Pence home searched by FBI one day after special counsel subpoena

February 11, 2023

Former Vice President Mike Pence, who is believed to be on the verge of announcing his candidacy for the 2024 Republican presidential nomination, may have to reconsider those plans in light of recent troubling developments.

A team of FBI agents conducted a search of Pence's Indiana home on Friday and reportedly took possession of at least one document with classified markings, according to The Daily Beast.

The FBI also took possession of at least six other pages that were not marked as classified in what was reported to be a consensual and voluntary search that stemmed from the announced discovery last month that attorneys for Pence had found a "small number" of classified documents in the former vice president's Indiana home.

Home searched by the FBI

NBC News reported that an adviser for former VP Pence, Devin O'Malley, said in a statement that "the Department of Justice completed a thorough and unrestricted search of five hours and removed one document with classified markings and six additional pages without such markings that were not discovered in the initial review by the vice president’s counsel."

"The vice president has directed his legal team to continue its cooperation with appropriate authorities and to be fully transparent through the conclusion of this matter," the adviser continued, and added that both Pence and his personal attorneys had "agreed to a consensual search of his residence that took place today."

Neither Pence nor his wife Karen was at their home in Indiana during the FBI's search of the premises, but a member of Pence's legal team was on hand while the search was conducted.

That search, which was not authorized by a warrant, had been arranged through consensual negotiations to set "ground rules" and "stipulations" to outline the limited scope of the sweep, which according to NBC News was focused on finding "documents that DOJ believed might be considered original documents that should have been sent to the National Archives."

Subpoenaed in anti-Trump special counsel probe

Meanwhile, just one day prior to that FBI search of former Vice President Pence's home in Indiana, ABC News reported that Pence was served with a subpoena for documents and testimony by Special Counsel Jack Smith.

Special Counsel Smith had been appointed in November by Attorney General Merrick Garland to take over two separate investigations of former President Donald Trump -- the first involving Trump's alleged efforts to overturn the 2020 election and alleged role in the Jan. 6 Capitol riot of 2021, and the second involving Trump's alleged unauthorized retention of classified documents and other presidential records.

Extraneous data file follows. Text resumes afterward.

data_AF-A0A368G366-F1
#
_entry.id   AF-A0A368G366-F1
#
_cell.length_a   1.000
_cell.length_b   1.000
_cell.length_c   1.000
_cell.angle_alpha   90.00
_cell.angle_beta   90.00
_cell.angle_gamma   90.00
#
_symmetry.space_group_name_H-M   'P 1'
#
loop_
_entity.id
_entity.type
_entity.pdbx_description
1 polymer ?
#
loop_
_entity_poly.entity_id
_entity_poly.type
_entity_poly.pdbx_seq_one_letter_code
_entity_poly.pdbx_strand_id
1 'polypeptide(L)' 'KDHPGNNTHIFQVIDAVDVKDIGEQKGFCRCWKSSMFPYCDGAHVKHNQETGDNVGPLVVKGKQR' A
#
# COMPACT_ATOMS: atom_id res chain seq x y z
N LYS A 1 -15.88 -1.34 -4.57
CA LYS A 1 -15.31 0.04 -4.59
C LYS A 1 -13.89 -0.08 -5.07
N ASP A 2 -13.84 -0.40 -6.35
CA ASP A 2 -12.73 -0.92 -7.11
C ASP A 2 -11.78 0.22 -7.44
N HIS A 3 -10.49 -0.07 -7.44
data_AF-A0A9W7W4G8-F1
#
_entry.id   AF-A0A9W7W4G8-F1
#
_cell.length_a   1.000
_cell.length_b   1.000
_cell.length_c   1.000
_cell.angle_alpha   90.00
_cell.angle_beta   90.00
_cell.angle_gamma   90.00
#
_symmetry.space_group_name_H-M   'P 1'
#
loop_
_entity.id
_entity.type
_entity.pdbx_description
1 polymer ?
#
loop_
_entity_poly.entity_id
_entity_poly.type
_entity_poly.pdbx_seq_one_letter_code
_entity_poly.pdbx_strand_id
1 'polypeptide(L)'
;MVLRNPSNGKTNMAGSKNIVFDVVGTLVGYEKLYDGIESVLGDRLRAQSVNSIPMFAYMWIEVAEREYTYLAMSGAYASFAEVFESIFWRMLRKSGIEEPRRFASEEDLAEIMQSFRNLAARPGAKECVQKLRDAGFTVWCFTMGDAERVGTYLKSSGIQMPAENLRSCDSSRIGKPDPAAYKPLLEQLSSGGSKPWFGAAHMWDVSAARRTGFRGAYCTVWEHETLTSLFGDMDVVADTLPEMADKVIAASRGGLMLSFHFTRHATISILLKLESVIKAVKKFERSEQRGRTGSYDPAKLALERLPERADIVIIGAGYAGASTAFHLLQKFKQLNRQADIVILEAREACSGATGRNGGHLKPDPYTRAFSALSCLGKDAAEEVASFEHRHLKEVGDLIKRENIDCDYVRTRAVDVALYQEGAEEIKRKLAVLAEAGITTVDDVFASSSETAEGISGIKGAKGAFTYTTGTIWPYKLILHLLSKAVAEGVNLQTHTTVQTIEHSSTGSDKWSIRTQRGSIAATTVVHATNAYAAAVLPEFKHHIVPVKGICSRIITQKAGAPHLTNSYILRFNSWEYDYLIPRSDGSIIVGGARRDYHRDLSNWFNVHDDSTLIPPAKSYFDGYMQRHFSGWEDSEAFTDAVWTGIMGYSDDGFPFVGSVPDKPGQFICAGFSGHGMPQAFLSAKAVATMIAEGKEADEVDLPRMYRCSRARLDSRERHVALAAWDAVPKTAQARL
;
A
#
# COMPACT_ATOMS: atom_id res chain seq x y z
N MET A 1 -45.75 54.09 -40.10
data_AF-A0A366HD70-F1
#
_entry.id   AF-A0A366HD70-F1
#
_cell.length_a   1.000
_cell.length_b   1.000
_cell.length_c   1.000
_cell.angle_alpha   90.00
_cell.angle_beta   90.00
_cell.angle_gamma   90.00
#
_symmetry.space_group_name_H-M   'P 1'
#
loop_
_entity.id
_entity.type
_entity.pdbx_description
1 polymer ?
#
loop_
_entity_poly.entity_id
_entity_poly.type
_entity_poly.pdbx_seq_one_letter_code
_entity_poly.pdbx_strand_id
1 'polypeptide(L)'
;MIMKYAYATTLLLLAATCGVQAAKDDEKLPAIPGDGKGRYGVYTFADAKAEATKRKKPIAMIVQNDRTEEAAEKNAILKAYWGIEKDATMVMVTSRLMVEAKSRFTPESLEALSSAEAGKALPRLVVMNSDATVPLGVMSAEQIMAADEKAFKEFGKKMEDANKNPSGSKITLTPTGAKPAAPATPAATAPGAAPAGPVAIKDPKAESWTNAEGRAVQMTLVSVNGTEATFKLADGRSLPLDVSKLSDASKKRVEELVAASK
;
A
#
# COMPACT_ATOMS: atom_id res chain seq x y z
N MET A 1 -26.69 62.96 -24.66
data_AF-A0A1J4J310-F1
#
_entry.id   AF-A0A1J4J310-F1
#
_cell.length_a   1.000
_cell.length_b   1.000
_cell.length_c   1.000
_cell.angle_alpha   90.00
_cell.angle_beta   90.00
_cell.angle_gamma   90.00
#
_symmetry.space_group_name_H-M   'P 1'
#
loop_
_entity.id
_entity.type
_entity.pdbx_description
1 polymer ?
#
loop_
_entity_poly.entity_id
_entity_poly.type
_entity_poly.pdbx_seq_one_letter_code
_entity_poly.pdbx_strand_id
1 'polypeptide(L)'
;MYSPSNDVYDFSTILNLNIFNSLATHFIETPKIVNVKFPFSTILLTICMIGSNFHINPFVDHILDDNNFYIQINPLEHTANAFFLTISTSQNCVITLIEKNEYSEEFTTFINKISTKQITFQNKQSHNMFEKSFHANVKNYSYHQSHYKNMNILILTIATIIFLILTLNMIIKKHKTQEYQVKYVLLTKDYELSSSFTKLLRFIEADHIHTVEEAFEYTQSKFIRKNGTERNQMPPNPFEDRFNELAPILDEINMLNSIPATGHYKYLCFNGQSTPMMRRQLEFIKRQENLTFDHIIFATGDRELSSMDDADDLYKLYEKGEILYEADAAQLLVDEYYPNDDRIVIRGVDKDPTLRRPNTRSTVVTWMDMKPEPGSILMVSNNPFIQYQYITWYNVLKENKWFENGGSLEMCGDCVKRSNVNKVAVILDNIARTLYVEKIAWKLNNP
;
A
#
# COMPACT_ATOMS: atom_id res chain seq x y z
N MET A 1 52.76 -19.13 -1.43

Per ABC's unnamed sources, the subpoena issued by Smith is in relation to requested documents and testimony with regard to the first investigation concerning the 2020 election and Capitol riot, and was only issued after "months of negotiations between federal prosecutors and Pence's legal team" to obtain such had proven unsuccessful.

The outlet noted that the subpoena served upon Pence indicates a "major escalation of Smith's probe," but also pointed out that the subpoena could lead to a "potentially lengthy and contentious legal battle" if Pence attempts to assert executive privilege as a defense against Smith's demands.

This will "likely complicate" future political plans

According to Yahoo News, the special counsel's subpoena of Pence -- to say nothing of the FBI's search for classified documents -- will "likely complicate" the former vice president's anticipated plans to mount a campaign for the presidency.

To be sure, Pence's apparent path to the GOP nomination in 2024 was already a narrow one, as polling consistently shows him in a distant third place behind frontrunners Trump and Florida Gov. Ron DeSantis, both of whom would likely need to badly falter or not even enter the race in order to make way for Pence to move to the front of the pack.

Pence now finds himself in a bit of a predicament, in that he must choose whether to continue to maintain his straight-laced persona by cooperating with arguably partisan investigations or fight back legally in a manner that risks erasing all of the distance he has placed between himself and Trump over the past two years.

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